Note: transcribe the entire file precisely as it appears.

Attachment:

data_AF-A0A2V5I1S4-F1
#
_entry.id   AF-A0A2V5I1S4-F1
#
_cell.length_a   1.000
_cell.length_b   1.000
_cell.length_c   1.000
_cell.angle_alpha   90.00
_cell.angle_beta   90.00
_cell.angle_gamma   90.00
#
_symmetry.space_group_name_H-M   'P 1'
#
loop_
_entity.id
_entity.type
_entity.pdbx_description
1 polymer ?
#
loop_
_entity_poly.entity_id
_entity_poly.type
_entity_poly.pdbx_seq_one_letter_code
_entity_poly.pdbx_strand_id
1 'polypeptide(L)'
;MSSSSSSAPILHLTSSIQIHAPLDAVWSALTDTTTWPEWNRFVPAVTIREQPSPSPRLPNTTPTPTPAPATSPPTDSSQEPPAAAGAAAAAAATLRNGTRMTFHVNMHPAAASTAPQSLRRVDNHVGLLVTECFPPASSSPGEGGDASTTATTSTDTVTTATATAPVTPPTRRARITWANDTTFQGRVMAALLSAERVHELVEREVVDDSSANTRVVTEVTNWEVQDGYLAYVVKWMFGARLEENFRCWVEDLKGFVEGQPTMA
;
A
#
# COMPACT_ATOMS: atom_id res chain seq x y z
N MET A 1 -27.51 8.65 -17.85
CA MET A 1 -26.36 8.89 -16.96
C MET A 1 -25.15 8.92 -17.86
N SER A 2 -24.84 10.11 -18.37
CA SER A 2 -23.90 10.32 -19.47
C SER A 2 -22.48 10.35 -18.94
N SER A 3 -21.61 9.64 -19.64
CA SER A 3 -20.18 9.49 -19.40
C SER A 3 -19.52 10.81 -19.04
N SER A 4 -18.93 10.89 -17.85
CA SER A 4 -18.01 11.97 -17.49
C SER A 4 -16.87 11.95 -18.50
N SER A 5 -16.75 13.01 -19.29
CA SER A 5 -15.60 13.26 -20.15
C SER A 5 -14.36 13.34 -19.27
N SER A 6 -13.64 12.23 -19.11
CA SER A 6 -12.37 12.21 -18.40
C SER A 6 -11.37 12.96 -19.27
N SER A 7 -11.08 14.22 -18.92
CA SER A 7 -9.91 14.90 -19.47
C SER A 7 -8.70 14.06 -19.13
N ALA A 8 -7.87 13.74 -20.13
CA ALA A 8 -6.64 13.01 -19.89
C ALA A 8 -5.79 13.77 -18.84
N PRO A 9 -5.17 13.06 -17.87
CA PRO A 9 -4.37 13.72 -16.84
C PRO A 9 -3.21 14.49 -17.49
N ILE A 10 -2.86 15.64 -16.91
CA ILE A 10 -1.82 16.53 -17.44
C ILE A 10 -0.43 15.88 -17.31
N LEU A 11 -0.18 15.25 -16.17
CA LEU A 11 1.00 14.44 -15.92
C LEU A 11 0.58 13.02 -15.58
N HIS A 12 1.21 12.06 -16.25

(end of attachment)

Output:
data_AF-A0A2V5I1S4-F1
#
_entry.id   AF-A0A2V5I1S4-F1
#
_cell.length_a   1.000
_cell.length_b   1.000
_cell.length_c   1.000
_cell.angle_alpha   90.00
_cell.angle_beta   90.00
_cell.angle_gamma   90.00
#
_symmetry.space_group_name_H-M   'P 1'
#
loop_
_entity.id
_entity.type
_entity.pdbx_description
1 polymer ?
#
loop_
_entity_poly.entity_id
_entity_poly.type
_entity_poly.pdbx_seq_one_letter_code
_entity_poly.pdbx_strand_id
1 'polypeptide(L)'
;MSSSSSSAPILHLTSSIQIHAPLDAVWSALTDTTTWPEWNRFVPAVTIREQPSPSPRLPNTTPTPTPAPATSPPTDSSQEPPAAAGAAAAAAATLRNGTRMTFHVNMHPAAASTAPQSLRRVDNHVGLLVTECFPPASSSPGEGGDASTTATTSTDTVTTATATAPVTPPTRRARITWANDTTFQGRVMAALLSAERVHELVEREVVDDSSANTRVVTEVTNWEVQDGYLAYVVKWMFGARLEENFRCWVEDLKGFVEGQPTMA
;
A
#
# COMPACT_ATOMS: atom_id res chain seq x y z
N MET A 1 -27.51 8.65 -17.85
CA MET A 1 -26.36 8.89 -16.96
C MET A 1 -25.15 8.92 -17.86
N SER A 2 -24.84 10.11 -18.37
CA SER A 2 -23.90 10.32 -19.47
C SER A 2 -22.48 10.35 -18.94
N SER A 3 -21.61 9.64 -19.64
CA SER A 3 -20.18 9.49 -19.40
C SER A 3 -19.52 10.81 -19.04
N SER A 4 -18.93 10.89 -17.85
CA SER A 4 -18.01 11.97 -17.49
C SER A 4 -16.87 11.95 -18.50
N SER A 5 -16.75 13.01 -19.29
CA SER A 5 -15.60 13.26 -20.15
C SER A 5 -14.36 13.34 -19.27
N SER A 6 -13.64 12.23 -19.11
CA SER A 6 -12.37 12.21 -18.40
C SER A 6 -11.37 12.96 -19.27
N SER A 7 -11.08 14.22 -18.92
CA SER A 7 -9.91 14.90 -19.47
C SER A 7 -8.70 14.06 -19.13
N ALA A 8 -7.87 13.74 -20.13
CA ALA A 8 -6.64 13.01 -19.89
C ALA A 8 -5.79 13.77 -18.84
N PRO A 9 -5.17 13.06 -17.87
CA PRO A 9 -4.37 13.72 -16.84
C PRO A 9 -3.21 14.49 -17.49
N ILE A 10 -2.86 15.64 -16.91
CA ILE A 10 -1.82 16.53 -17.44
C ILE A 10 -0.43 15.88 -17.31
N LEU A 11 -0.18 15.25 -16.17
CA LEU A 11 1.00 14.44 -15.92
C LEU A 11 0.58 13.02 -15.58
N HIS A 12 1.21 12.06 -16.25